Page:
25.8.2011   

EN

Official Journal of the European Union

C 248/64


Opinion of the European Economic and Social Committee on the ‘Communication from the Commission to the European Parliament, the Council, the European Economic and Social Committee and the Committee of the Regions on Taxation of the Financial Sector’

COM(2010) 549 final

2011/C 248/11

Rapporteur: Mr Stasys KROPAS

On 7 October 2010, the Commission decided to consult the European Economic and Social Committee, under Article 113 of the Treaty on the Functioning of the European Union, on the

Communication from the Commission to the European Parliament, the Council, the European Economic and Social Committee and the Committee of the Regions on Taxation of the Financial Sector

COM(2010) 549 final.

The Section for Economic and Monetary Union and Economic and Social Cohesion, which was responsible for preparing the Committee's work on the subject, adopted its opinion on 31 May 2011.

At its 472nd plenary session, held on 15 and 16 June 2011 (meeting of 15 June 2011), the European Economic and Social Committee adopted the following opinion by 102 votes to 16 with 28 abstentions.

1.   Conclusions and recommendations

1.1   The EESC welcomes the Commission's overall initiatives aiming to help restore growth, resilience and financial stability. The stability and effectiveness of the financial sector and thus the limitation of excessive risk taking, as well as the creation of right incentives for the financial sector institutions should be ensured by appropriate regulation and supervision. In this respect, the EESC has recently expressed its support to the development of a Bank Resolution Fund scheme as part of the framework for crisis management.

1.2   In the aftermath of the crisis, governments had to engage in fiscal consolidation efforts so as to be able to face the costs of the crisis and wider social and economic consequences. The EESC is of the opinion that the financial sector should contribute to these efforts in a fair and substantial way.

1.3   As emphasised in the Commission's Communication, an increasing number of Member States have already taken unilateral measures with regard to financial sector taxation. They have adopted different taxation schemes, with different tax bases, different effective tax rates and different scopes of application. The EESC believes that the tax base for such fiscal mechanisms should be harmonised and that double taxation relief measures should be coordinated. If the Commission adopted initiatives in this way, it should take into account the divergent impacts they may have on each individual Member State, the importance and robustness of domestic financial markets, the existing domestic tax frame and the new tax this Member State may have imposed on its financial sector in the aftermath of the crisis.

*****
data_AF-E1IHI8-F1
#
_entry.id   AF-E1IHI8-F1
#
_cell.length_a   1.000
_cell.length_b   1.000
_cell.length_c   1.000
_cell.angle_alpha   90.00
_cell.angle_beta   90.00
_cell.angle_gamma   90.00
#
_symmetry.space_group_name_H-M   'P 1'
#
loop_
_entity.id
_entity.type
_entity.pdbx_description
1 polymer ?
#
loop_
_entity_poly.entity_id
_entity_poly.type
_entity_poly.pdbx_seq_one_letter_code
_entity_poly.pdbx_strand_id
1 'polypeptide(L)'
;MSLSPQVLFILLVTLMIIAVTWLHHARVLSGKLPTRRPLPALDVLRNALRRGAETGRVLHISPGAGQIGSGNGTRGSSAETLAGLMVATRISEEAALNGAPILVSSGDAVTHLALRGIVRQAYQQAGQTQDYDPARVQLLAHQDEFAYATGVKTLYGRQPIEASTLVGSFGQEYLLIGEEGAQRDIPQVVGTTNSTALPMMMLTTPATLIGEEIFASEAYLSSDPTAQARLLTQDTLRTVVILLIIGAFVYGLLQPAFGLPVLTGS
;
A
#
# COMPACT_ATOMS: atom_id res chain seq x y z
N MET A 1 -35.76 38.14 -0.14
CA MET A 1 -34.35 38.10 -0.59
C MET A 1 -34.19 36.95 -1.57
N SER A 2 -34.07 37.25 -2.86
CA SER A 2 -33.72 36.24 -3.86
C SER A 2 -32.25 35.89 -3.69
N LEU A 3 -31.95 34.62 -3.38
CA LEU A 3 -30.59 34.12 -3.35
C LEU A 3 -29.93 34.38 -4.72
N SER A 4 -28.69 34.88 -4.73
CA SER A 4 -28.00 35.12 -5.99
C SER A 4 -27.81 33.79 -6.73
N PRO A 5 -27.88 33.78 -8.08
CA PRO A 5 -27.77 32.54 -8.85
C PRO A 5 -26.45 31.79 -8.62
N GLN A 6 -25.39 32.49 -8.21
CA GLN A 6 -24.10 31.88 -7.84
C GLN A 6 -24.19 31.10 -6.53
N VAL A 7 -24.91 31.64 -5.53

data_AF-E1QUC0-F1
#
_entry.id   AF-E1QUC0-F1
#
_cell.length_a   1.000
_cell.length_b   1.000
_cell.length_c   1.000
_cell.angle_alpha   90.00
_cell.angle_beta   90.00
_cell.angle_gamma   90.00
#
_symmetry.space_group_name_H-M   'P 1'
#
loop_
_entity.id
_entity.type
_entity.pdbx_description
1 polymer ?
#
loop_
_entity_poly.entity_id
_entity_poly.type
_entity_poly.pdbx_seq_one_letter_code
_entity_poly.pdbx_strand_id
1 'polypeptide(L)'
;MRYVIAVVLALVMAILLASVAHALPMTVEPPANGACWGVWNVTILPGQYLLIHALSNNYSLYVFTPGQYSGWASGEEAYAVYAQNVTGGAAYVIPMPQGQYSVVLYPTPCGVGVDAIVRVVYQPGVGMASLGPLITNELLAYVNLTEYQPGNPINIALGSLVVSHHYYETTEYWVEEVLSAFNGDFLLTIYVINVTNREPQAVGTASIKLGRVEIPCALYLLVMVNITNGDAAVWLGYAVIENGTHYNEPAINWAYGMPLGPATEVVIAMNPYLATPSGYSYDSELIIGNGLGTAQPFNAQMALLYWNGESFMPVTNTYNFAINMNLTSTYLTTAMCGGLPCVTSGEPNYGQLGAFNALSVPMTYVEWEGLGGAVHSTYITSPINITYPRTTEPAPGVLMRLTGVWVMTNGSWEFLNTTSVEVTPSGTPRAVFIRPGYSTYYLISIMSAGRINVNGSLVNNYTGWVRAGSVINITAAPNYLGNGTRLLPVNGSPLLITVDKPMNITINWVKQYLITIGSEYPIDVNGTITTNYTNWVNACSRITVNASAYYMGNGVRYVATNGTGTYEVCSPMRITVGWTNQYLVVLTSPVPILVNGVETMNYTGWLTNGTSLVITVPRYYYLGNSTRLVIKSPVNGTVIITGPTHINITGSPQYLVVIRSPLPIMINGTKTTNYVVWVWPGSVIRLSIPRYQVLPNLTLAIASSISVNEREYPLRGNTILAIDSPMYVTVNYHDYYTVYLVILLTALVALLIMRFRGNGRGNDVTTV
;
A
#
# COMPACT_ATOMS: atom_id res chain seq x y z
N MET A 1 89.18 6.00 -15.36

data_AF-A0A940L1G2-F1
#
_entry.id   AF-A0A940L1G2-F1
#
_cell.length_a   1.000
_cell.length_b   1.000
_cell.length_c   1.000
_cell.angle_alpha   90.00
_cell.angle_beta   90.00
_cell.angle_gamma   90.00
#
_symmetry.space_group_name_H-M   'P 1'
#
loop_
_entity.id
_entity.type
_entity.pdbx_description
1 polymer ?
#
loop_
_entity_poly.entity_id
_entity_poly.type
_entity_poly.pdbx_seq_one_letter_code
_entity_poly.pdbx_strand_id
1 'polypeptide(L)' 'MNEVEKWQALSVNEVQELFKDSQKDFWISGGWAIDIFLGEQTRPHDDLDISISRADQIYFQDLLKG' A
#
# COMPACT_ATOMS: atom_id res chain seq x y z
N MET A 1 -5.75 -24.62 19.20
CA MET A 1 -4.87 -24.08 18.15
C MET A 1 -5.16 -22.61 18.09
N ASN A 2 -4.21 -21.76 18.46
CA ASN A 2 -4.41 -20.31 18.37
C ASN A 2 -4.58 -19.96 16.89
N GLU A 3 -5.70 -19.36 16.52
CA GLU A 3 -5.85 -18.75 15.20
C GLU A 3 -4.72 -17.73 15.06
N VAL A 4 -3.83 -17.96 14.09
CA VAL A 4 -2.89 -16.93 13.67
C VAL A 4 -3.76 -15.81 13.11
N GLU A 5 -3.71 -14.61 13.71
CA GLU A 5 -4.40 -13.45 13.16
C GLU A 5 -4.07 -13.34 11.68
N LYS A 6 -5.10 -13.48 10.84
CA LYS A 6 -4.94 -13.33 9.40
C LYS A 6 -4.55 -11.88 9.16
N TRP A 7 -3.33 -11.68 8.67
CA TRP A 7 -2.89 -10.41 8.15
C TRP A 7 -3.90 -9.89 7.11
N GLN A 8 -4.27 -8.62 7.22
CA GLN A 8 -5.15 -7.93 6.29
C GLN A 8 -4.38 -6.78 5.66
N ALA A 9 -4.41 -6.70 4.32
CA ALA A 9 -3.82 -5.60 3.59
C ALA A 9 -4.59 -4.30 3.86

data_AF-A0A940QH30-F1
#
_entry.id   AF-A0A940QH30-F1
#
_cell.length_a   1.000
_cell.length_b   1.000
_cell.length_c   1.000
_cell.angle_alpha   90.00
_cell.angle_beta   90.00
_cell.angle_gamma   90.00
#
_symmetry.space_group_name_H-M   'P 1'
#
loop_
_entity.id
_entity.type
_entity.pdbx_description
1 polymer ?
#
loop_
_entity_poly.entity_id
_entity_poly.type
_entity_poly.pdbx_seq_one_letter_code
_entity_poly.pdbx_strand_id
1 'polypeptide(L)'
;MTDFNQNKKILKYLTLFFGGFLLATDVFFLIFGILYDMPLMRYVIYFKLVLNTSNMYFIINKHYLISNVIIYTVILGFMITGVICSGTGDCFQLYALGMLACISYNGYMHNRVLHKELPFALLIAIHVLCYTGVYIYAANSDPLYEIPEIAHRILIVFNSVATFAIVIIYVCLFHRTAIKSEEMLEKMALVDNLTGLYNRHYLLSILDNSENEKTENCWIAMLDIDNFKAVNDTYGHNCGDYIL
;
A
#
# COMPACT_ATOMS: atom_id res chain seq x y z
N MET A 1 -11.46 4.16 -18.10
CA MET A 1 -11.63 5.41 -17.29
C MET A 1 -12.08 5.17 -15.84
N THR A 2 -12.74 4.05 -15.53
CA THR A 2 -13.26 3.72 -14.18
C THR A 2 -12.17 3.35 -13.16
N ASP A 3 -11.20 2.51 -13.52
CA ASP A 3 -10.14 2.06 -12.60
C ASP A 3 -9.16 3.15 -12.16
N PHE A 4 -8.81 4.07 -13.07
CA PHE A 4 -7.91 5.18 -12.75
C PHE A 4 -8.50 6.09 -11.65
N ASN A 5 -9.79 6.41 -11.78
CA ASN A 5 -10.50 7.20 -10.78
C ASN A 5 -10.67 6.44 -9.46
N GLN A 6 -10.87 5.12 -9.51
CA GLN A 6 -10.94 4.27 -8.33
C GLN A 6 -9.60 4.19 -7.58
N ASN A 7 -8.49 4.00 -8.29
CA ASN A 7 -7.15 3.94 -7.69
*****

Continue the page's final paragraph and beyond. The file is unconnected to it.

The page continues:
1.4   New levies, requirements and regulations could have a wide range of effects on the financial system and the whole economy. Therefore, their impact on the capital base and on the capacity of banks and financial institutions to play their role in the financing of the economy and SMEs in particular should be carefully evaluated. The total tax contribution of the EU financial sector should be compared to other sectors. The effects of additional taxes on the global competitive position of EU financial institutions have to be taken into consideration.

1.5   Since tensions on liquidity and solvency were pivotal elements in the run-up to the crisis the EESC recommends that any new tax on financial institutions should be designed in a way that takes into account the institutions' ability to pay and their ability to comply with new capital requirements.

1.6   In its impact study, the Commission should pay particular attention to the proportionality principle. This means that the administrative burden imposed on market operators and financial institutions as a result of compliance requirements should be maintained proportional to the underlying objective of this new tax. If the Commission envisaged introducing a new tax under the Financial Transaction Tax (FTT) model, then it should seek consistency with the policy it has developed in recent years to simplify tax procedures that are considered hurdles to post-trading. If it envisaged introducing a Financial Activities Tax (FAT), then the tax base should be designed in a way that is compatible with the information that is readily available to financial institutions in the existing financial reporting framework.